Training in academic readiness provides immigrants with a route to education and professional life

AKVA training in academic readiness has received positive feedback on, for example, guidance and the establishment of equal opportunities. More than half of those who completed the previous training programme found employment or were admitted to study already during or immediately after the training.

The AKVA training scheme in academic readiness was launched in 2021 to promote immigrants’ access to higher education and Finnish professional life. The training, funded by the Ministry of Education and Culture, has been organised in cooperation with the University of Helsinki and the University of Helsinki Centre for Continuing Education HY+. 

The target group for the training is immigrants with higher education qualifications or eligible for higher education who wish to study in Finnish-language degree programmes or supplement their skills. Some students wish to smooth their transition to the Finnish labour market.  

Polishing proficiency in Finnish for higher education studies 

The training focuses on polishing proficiency in the Finnish language to level B2 of the Common European Framework of Reference for Languages (document in Finnish only), an entry-level requirement for most university degrees. Studies in Finnish focus on the diverse study of academic text types and language as well as vocabulary used in professional life. The aim of the studies is to provide students with sufficient language skills for succeeding in higher education and their careers. Teaching in Finnish is available throughout the academic year. 

The training also includes IT skills, English, learning skills, social studies as well as education and career guidance. In addition, students can take courses in their field to see concretely what studies in the field are like at university. On the courses, students also accumulate their field-specific Finnish-language vocabulary, which supports their future goals.  

Praise for usefulness 

AKVA training has been commended for, among other things, its usefulness, its friendly learning environment, the amount and quality of its guidance, and its establishment of equal opportunities for immigrants. More than half of the participants in the second AKVA programme found a job or student place during or immediately after the training.  

The current objective is to develop the monitoring of the impact of AKVA training, both in the short and long term. 

As part of its higher education support for immigrants (SIMHE), the University of Helsinki has aimed to promote the accessibility of education for immigrants with higher education qualifications. The long-term goal is to integrate the preparatory training into the University’s educational responsibilities. Another important aim for the future is to intensify collaboration with degree programmes.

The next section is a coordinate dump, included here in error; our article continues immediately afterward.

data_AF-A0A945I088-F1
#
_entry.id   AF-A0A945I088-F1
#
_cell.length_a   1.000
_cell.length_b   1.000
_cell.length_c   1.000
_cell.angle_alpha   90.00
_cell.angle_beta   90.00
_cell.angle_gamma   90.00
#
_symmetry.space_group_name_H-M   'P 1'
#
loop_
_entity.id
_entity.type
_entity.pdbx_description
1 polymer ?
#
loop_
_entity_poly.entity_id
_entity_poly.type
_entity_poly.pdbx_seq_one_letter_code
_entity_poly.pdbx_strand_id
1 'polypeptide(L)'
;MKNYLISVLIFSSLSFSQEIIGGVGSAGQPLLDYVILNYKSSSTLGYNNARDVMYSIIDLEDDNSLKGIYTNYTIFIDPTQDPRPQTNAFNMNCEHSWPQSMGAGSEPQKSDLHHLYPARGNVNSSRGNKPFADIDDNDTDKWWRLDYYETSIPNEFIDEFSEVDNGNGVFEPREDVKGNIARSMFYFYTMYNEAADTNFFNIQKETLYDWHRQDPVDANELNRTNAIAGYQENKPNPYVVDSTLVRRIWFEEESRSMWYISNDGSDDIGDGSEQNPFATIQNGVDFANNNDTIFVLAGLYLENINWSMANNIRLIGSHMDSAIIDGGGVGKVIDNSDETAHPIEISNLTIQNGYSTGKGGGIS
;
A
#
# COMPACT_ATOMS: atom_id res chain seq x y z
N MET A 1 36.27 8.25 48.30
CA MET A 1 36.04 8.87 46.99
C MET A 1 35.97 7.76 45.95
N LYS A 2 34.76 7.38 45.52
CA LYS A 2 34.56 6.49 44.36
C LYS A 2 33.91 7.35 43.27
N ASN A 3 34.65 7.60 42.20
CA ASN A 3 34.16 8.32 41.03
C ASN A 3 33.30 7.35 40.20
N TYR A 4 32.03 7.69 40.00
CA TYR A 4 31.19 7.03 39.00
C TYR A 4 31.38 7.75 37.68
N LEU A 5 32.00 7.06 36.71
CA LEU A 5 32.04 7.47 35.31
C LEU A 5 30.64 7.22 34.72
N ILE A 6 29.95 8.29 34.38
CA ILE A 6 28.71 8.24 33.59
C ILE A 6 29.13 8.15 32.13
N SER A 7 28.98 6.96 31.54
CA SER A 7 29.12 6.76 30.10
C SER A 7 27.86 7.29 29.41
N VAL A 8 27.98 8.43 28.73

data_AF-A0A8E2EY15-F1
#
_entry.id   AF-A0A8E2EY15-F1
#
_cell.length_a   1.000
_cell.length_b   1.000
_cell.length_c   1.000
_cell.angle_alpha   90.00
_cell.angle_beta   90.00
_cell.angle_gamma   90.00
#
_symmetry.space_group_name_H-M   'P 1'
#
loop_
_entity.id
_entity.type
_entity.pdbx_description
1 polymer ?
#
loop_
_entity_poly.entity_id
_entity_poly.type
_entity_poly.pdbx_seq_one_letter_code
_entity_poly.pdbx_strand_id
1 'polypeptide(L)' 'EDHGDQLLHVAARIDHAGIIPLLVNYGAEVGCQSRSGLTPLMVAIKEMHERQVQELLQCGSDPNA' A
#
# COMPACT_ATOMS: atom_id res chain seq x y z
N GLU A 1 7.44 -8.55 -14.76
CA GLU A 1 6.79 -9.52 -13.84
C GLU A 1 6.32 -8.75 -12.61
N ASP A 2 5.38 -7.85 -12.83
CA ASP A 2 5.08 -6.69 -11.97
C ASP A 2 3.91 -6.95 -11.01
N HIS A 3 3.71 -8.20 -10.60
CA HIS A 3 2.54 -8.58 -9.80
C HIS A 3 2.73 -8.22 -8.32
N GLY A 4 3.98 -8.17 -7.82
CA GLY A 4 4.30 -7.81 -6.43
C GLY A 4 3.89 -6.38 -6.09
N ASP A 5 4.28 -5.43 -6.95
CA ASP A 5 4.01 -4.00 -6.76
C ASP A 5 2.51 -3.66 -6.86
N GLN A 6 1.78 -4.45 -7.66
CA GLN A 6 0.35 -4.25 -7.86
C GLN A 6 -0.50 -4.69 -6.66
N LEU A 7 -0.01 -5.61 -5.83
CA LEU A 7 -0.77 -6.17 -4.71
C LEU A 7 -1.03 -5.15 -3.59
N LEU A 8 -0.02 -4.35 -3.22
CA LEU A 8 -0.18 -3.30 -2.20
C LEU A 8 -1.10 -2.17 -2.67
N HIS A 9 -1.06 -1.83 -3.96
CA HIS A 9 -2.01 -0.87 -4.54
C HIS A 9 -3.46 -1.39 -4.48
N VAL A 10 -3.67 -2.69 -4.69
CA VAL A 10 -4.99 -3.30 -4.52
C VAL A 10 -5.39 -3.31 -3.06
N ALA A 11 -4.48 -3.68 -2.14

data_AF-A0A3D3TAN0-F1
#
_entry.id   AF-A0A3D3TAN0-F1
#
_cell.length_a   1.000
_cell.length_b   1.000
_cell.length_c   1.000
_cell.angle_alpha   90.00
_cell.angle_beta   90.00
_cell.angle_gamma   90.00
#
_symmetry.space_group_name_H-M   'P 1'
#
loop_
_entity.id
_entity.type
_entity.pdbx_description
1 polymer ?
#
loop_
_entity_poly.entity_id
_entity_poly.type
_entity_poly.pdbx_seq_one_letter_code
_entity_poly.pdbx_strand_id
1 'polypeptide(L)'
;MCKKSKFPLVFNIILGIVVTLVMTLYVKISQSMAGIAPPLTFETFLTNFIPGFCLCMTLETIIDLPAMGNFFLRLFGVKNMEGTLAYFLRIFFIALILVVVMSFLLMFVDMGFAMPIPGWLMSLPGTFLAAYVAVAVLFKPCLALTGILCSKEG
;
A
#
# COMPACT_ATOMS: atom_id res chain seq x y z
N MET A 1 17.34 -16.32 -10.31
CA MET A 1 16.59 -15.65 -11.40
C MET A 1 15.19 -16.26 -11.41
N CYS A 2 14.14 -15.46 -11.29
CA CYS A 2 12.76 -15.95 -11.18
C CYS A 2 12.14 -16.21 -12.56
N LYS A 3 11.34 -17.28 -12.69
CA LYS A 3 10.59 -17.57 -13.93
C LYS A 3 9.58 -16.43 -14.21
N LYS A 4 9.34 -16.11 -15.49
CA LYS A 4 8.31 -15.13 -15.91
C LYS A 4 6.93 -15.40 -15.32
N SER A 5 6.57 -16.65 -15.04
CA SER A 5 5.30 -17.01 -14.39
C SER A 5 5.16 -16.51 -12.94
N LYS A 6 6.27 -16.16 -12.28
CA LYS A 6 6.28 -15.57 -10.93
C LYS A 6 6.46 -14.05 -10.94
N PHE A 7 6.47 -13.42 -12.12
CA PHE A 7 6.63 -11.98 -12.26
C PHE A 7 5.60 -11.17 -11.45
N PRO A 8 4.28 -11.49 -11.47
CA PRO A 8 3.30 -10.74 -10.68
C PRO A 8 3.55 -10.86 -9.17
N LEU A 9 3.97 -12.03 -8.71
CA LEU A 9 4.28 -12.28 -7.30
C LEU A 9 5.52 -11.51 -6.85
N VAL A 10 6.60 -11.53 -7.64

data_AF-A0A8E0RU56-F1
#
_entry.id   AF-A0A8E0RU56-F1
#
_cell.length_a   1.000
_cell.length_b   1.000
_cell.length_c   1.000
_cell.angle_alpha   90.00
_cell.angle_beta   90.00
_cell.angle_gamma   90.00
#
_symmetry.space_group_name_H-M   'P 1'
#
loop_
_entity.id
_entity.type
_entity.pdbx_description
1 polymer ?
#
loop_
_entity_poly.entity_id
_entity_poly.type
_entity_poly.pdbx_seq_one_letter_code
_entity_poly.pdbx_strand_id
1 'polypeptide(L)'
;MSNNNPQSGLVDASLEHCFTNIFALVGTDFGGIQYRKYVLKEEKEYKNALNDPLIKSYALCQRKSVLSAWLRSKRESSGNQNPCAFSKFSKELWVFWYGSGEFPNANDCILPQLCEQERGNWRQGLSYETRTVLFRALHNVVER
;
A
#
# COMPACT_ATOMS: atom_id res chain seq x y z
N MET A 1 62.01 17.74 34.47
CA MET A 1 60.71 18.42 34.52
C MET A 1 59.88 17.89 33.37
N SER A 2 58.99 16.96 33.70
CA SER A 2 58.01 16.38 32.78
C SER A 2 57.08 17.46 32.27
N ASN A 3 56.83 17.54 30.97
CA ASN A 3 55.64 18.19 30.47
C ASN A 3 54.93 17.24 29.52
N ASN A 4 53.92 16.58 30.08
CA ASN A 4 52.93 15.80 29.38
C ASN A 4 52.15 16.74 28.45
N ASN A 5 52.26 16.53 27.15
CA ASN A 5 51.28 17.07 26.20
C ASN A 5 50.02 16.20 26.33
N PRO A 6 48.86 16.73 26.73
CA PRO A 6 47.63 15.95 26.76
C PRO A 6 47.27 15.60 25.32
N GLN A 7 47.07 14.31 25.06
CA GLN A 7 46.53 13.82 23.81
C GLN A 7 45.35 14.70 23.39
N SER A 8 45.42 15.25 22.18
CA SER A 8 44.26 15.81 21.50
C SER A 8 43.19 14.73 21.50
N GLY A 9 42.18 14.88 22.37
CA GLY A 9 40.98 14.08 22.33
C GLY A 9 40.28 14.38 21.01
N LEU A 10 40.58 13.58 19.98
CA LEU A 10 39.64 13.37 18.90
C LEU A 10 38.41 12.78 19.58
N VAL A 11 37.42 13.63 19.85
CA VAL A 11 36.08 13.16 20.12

“At the moment, the continuation of AKVA training is uncertain. For the time being, the development of these studies has been secured with project funding. However, there is a clear need for such training among immigrants who specifically seek access to education and labour markets with high language skills requirements,” says Rebekka Nylund from Strategic Services for Teaching, University of Helsinki. 

Preparatory training such as AKVA is a concrete way of integrating immigrants into Finnish society and the labour market. In fact, the training is linked to a broader discussion on retention of the international talents or how to help smooth the path to studying, pursuing a career in their field and settling in Finland for immigrants with higher education qualifications.  

University support for both studies and careers

At the time of its launch in 2021, AKVA stemmed from structural challenges identified in the opportunities of immigrants with higher education qualifications acquired abroad to complement their studies and continue their professional careers in Finland.   

In the third AKVA training round, organised in the academic year 2023–2024, the Finnish language and culture at the University of Helsinki has contributed to the provision of teaching. In addition, participants have studied basic courses in their fields at various faculties. The University’s guidance and career counselling staff overseeing higher education advice for immigrants have provided guidance and mentoring.  

The third AKVA training round organised this academic year is part-time and lasts for 10 months. The students come from many countries, are of varying ages and have degrees of varying levels from a range of fields.